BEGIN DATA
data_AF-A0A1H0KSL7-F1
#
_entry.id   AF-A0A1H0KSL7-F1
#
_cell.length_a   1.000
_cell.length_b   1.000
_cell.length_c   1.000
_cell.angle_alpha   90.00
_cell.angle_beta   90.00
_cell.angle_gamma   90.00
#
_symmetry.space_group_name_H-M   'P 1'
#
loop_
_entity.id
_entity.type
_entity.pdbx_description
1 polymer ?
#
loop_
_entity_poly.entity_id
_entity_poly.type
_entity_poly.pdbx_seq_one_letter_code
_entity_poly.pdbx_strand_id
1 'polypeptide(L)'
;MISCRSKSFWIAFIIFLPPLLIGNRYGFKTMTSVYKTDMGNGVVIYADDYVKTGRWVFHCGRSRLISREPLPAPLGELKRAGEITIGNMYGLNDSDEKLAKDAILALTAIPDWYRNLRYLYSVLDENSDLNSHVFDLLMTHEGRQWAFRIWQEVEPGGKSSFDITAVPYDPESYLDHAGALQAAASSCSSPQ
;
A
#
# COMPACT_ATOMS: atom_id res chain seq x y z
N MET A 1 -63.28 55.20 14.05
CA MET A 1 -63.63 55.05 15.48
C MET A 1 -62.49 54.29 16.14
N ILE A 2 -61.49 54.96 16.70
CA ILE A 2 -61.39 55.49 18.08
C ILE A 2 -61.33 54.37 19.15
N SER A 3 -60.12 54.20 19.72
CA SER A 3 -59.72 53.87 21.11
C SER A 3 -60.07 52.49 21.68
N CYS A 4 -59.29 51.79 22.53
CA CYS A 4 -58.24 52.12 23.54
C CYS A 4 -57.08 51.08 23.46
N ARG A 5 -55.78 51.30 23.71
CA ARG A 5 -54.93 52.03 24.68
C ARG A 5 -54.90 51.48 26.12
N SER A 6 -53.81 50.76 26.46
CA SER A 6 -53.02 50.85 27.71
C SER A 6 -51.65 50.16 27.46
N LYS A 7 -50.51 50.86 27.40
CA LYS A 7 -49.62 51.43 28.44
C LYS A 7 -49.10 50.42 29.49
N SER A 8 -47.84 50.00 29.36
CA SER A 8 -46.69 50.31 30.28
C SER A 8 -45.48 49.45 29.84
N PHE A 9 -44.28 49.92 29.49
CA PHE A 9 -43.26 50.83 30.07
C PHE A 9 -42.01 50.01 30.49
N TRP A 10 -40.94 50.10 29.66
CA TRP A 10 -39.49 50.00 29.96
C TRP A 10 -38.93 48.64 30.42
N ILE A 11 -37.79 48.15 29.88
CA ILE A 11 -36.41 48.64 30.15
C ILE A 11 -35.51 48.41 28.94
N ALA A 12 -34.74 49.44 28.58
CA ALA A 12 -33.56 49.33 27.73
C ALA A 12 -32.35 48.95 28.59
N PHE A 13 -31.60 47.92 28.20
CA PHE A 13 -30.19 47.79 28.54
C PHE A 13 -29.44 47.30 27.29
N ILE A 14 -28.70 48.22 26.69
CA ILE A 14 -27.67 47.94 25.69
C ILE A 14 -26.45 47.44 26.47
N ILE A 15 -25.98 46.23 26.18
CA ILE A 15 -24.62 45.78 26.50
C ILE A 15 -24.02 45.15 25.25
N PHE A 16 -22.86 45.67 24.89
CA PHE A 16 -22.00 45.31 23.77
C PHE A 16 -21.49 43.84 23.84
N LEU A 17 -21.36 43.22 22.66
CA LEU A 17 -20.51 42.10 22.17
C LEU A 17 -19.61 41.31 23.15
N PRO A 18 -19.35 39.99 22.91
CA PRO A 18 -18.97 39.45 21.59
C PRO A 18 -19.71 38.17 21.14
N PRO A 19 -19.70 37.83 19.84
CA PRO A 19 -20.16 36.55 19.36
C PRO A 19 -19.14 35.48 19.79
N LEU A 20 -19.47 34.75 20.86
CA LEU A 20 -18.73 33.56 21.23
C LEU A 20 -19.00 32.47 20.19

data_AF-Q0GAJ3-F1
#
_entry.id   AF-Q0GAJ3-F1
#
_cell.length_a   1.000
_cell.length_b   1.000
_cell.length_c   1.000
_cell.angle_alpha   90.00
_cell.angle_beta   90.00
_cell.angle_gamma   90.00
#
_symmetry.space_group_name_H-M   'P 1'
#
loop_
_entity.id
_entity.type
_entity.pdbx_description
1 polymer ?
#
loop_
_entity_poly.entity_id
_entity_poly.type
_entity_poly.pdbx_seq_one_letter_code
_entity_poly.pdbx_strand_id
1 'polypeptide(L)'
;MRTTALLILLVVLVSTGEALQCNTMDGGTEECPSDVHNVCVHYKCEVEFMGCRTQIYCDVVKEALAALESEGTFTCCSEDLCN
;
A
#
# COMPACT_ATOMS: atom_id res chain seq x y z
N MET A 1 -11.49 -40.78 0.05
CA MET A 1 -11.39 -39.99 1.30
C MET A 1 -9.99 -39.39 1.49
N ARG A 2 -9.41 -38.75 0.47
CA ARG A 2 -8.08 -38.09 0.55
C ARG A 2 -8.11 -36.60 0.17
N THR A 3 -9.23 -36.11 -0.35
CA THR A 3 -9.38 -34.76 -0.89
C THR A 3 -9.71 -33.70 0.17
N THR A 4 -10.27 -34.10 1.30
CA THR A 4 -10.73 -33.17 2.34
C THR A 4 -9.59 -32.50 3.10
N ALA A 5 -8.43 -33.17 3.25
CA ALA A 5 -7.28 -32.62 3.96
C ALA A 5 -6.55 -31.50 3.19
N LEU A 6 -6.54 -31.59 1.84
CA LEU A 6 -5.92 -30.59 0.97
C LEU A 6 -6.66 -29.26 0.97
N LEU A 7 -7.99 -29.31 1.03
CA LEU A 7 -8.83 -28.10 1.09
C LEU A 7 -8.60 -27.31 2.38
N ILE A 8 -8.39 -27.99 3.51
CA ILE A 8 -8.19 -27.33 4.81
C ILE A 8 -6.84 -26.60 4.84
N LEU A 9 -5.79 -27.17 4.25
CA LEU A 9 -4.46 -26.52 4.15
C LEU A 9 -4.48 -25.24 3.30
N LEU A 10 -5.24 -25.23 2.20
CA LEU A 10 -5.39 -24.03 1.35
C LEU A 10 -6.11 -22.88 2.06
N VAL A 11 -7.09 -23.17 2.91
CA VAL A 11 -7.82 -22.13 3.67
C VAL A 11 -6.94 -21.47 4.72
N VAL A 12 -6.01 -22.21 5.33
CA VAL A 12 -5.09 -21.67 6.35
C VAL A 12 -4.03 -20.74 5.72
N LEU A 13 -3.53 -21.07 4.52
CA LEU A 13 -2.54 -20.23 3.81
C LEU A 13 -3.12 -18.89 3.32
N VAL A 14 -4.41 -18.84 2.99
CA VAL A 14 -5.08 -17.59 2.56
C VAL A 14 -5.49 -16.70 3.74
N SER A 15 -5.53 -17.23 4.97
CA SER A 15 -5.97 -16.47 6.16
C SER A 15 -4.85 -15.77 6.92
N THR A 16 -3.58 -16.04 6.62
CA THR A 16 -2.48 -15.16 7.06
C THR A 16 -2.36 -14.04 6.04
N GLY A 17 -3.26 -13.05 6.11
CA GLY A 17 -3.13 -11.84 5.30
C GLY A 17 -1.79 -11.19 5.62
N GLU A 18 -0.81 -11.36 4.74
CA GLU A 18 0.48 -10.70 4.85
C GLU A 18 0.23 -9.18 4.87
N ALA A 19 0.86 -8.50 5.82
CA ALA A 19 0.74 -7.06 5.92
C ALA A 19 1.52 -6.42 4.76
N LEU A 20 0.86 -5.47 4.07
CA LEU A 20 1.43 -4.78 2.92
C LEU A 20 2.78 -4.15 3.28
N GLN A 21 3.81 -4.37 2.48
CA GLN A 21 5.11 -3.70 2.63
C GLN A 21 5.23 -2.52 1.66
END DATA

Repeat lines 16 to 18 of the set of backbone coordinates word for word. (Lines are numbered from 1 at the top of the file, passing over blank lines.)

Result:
_entity.type
_entity.pdbx_description
1 polymer ?